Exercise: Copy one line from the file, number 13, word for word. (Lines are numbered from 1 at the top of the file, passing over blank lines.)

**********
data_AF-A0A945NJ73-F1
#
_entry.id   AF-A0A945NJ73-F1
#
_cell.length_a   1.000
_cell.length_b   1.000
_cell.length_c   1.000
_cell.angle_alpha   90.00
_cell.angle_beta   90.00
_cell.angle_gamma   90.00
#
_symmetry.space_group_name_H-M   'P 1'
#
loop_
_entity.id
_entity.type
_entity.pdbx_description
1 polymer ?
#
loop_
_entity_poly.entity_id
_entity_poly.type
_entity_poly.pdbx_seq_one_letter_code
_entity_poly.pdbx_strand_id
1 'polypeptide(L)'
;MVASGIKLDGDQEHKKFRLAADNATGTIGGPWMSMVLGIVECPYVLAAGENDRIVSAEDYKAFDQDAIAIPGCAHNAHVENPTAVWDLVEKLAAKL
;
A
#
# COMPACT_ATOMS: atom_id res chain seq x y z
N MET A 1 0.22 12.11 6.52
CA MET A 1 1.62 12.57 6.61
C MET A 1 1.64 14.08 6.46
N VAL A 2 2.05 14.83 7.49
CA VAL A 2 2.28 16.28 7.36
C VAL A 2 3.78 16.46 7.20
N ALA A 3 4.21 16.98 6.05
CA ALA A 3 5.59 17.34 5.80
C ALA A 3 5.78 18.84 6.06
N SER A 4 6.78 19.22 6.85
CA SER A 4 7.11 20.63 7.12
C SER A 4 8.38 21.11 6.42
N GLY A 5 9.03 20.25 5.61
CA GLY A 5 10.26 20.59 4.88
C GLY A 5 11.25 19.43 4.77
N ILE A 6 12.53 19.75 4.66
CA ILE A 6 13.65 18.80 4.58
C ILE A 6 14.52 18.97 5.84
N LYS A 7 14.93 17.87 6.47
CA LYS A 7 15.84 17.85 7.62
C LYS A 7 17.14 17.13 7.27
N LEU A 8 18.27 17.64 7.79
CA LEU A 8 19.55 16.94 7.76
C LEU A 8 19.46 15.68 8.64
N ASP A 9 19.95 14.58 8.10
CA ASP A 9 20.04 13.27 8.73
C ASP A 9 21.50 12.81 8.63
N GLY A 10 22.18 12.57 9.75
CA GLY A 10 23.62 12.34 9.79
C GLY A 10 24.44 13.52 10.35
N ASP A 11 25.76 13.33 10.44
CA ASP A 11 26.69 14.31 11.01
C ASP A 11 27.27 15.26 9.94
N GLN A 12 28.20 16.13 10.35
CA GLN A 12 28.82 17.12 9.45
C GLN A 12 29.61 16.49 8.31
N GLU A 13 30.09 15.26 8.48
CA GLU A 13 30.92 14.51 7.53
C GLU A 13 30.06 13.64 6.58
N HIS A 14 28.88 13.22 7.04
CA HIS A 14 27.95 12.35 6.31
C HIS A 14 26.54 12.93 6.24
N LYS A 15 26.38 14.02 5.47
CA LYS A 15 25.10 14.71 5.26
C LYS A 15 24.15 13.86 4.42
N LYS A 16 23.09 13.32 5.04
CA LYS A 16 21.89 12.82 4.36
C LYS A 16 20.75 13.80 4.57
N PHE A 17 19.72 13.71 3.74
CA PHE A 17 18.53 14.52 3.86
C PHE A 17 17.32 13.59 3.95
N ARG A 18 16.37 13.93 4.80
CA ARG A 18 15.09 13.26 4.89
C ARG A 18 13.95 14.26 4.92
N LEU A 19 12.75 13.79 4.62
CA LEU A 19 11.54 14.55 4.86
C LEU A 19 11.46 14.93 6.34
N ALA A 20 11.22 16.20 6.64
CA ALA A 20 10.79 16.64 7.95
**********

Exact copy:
#